Image: USAFWhy does the United States think it can kill an American citizen overseas, without a trial? The answer is surprisingly simple: because it says it can. With the constitutional rationale largely redacted, what other conclusion can you draw?After years of legal battles, the United States government finally released its legal rationale for the 2011 drone strike that killed Anwar al-Awlaki, an American al-Qaeda imam who was living in Yemen and was allegedly planning terrorist attacks on the United States.Does the rationale boil down to specific threats al-Awlaki made against the United States? No—at least not ones that weren’t redacted. Does it come down to imminent aggression against the United States? Nope, not really, at least. Instead, it boils down to the fact that the United States is at war with terror, and even the simple act of joining up with a foreign enemy is enough to make someone a target, imminent threat or not

View original article at Motherboard

A California man who has been arrested several times for recording police from the ground has now taken to the airways, using a drone to watch the watchers.
“It’s to try to promote transparency,” 42-year-old Daniel Saulmon told a Los Angeles news broadcast.
The Southern California man’s footage is posted at Mistakenbacon.com. Recent recordings show a drunken-driving checkpoint and traffic stops

View original article at Ars Technica

Excerpted from the November 2045 issue of Galactic Girl.
Tech-literate ladies and savvy galactic girls aren’t impervious to the wily ways of an un-evolved male partner. We may live in a matriarchal utopia now, but that doesn’t mean your man is totally faithful. Though the only way to know for sure if your significant other is cheating on you is to hack into his neural net to access his thoughts, there are some subtler hints that might shed some light on the truth.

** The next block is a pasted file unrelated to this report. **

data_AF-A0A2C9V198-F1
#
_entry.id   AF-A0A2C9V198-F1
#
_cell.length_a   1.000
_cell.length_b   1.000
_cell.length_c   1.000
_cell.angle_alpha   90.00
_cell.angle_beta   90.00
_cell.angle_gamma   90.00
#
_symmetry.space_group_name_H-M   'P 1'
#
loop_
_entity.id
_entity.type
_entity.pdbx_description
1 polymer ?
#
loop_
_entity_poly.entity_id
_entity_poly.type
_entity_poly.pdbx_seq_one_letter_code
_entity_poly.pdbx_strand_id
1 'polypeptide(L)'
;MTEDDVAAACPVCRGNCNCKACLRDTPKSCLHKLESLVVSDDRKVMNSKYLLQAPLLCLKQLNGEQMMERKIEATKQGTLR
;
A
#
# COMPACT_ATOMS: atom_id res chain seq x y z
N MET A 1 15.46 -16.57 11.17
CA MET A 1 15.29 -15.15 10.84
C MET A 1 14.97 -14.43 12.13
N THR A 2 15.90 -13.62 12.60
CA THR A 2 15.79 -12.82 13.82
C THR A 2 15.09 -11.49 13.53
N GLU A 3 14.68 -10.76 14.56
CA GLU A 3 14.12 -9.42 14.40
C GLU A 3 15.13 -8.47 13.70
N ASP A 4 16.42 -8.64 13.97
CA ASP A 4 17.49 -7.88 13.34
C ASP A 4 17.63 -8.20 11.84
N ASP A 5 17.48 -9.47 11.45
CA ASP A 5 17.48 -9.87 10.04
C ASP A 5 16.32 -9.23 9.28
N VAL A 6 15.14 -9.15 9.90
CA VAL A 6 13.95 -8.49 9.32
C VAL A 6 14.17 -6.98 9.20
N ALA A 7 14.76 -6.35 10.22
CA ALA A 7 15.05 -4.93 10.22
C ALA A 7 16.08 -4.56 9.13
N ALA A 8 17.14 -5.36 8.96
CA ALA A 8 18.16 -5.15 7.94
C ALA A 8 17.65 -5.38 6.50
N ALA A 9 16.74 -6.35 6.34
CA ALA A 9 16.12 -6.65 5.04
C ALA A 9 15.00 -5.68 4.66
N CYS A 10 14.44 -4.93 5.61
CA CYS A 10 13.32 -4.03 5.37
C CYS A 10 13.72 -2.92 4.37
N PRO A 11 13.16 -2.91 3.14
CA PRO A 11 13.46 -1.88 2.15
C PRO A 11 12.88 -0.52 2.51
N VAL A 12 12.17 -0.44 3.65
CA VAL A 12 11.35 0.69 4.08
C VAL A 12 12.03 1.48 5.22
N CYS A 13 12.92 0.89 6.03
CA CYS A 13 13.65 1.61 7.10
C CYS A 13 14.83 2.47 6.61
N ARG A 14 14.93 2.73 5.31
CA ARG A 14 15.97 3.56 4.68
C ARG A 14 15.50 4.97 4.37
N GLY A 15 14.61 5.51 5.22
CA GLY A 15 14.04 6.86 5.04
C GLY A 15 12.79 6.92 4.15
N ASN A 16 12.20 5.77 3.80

Here are 10 signs he’s cheating on you (probably with a sex robot)

View original article at Time Magazine

Image: alisdair/FlickrEvery entrepreneur on the market today is trying to answer your economic qualms with drones: tacocopers, goose-bombers, Amazon’s fleet of delivery UAVs. But each of these entrepreneurial ventures is set back by one major thing: battery life. Almost all consumer-grade drones can’t travel more than 10 miles round-trip on a single charge. Sure, that’s about as far as your pizza place will deliver via manned transportation anyway, but the delivery person doesn’t have to wait nearly two hours to recharge to deliver the next hot pie.A team of MIT researchers think they’ve solved this battery life quandary

View original article at Motherboard

Amazon

The Federal Aviation Administration has said that online shopping powerhouse Amazon may not employ drones to deliver packages, at least not anytime soon.
The revelation was buried in a FAA document (PDF) unveiled Monday seeking public comment on its policy on drones, or what the agency calls “model aircraft.”
The FAA has maintained since at least 2007 that the commercial operation of drones is illegal. A federal judge ruled in March, however, that the FAA enacted the regulations illegally because it did not take public input before adopting the rules, which is a violation of federal law. Flight regulators have appealed the decision, maintaining that commercial applications are still barred

View original article at Ars Technica